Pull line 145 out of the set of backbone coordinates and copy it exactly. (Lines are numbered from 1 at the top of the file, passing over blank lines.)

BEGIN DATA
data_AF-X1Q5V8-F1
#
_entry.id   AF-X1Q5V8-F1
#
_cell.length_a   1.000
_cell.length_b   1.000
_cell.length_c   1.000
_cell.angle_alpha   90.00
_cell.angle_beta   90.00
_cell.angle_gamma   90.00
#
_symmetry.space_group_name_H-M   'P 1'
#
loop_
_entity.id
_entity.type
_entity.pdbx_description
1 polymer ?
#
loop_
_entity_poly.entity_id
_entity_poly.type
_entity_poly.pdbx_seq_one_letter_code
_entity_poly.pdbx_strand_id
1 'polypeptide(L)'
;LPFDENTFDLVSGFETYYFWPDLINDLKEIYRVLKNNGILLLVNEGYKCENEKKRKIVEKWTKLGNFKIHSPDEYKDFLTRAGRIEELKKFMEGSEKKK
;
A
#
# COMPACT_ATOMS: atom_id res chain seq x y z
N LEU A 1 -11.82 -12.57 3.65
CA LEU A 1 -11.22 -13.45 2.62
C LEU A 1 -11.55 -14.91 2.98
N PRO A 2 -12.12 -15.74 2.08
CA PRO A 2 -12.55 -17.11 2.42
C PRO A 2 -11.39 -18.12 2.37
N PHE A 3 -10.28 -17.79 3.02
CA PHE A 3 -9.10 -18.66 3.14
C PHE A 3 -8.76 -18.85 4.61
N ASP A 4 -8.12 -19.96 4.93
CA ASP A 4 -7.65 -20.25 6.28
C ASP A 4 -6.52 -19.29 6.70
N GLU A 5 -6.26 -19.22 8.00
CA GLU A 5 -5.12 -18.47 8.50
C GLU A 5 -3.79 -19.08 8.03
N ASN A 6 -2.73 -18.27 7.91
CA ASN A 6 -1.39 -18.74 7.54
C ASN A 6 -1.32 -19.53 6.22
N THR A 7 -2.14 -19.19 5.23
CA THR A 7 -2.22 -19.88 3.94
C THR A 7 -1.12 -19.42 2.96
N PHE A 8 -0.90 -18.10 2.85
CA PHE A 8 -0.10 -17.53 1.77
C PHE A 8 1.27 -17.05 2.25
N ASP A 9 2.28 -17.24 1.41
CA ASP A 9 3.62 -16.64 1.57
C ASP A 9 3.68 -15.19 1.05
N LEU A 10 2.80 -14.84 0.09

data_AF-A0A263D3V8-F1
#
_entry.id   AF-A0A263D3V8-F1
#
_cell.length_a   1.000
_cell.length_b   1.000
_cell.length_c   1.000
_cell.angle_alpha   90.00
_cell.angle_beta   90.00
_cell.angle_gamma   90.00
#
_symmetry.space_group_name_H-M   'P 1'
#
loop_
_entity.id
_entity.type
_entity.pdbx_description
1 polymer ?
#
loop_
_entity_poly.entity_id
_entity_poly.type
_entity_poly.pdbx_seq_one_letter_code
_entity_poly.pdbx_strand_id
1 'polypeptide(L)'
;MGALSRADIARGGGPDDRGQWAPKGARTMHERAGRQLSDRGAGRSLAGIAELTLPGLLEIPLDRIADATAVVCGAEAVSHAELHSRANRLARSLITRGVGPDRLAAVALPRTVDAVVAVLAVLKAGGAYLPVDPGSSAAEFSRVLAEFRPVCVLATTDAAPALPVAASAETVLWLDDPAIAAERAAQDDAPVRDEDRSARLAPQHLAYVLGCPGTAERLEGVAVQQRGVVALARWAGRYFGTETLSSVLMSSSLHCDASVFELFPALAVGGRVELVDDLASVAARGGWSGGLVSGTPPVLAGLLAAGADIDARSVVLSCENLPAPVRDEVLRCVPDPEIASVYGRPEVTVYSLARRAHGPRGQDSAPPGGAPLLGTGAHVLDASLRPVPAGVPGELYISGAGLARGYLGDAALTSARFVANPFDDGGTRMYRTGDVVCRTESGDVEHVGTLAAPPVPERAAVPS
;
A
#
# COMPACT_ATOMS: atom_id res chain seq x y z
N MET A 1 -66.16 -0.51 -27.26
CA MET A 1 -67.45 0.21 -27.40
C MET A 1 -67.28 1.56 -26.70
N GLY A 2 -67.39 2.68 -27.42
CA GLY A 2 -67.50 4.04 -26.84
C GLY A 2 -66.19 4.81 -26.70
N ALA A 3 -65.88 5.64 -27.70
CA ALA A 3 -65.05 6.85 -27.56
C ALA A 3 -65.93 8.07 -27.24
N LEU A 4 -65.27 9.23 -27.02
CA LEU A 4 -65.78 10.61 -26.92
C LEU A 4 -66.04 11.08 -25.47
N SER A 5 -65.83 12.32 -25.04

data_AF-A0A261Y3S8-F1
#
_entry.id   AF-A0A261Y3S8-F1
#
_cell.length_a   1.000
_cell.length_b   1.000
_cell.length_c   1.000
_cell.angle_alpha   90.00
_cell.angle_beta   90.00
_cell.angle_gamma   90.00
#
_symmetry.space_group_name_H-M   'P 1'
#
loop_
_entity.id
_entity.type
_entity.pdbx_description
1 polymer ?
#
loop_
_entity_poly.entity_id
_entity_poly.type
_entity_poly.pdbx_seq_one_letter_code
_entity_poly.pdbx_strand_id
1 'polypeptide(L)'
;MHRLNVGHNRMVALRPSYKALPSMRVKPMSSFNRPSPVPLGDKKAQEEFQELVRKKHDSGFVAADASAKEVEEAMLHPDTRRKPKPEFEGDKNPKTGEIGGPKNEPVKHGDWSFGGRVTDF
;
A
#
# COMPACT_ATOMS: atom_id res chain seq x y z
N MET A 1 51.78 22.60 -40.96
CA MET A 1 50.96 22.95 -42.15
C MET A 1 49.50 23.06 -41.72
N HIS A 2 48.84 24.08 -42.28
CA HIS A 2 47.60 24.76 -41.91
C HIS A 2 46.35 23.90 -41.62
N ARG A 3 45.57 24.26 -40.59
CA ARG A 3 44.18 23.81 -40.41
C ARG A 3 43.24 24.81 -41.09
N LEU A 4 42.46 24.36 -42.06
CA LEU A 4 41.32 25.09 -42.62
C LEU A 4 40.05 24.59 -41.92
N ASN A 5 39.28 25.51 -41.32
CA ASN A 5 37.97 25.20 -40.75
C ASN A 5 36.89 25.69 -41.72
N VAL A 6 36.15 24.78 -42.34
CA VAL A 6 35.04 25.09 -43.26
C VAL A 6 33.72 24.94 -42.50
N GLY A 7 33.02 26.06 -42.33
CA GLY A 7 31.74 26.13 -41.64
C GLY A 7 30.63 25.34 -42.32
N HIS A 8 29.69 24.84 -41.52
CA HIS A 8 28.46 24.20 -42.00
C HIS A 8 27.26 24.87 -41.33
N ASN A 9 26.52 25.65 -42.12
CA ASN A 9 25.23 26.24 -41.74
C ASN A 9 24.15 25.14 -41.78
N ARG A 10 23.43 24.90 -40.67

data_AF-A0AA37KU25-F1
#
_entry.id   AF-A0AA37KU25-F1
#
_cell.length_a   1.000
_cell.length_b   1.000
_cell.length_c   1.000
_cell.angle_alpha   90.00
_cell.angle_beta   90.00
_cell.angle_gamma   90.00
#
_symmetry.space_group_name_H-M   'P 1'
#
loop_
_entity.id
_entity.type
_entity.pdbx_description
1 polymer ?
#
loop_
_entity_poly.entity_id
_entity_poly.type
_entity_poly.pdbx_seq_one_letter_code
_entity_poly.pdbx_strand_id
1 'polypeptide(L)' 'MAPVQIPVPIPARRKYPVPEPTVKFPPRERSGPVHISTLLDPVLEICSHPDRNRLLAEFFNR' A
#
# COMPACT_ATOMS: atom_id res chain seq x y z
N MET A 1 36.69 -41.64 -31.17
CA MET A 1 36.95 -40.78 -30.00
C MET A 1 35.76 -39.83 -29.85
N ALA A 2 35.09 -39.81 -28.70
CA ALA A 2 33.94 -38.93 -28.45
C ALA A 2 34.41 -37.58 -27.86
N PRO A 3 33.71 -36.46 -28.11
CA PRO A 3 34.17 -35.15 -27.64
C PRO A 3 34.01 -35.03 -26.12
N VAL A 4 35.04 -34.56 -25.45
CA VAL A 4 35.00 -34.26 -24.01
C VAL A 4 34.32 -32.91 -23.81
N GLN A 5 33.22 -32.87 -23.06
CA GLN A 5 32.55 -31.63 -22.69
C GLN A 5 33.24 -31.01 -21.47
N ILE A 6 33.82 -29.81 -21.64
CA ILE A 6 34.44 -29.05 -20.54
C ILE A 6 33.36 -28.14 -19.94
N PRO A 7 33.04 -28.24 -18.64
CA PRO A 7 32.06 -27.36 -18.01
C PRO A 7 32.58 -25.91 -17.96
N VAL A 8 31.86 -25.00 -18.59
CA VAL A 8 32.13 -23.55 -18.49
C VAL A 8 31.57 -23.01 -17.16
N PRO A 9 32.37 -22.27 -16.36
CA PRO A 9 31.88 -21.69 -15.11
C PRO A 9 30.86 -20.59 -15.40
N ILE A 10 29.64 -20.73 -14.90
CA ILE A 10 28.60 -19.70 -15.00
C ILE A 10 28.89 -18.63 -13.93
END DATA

CA ASN A 5 37.97 25.20 -40.75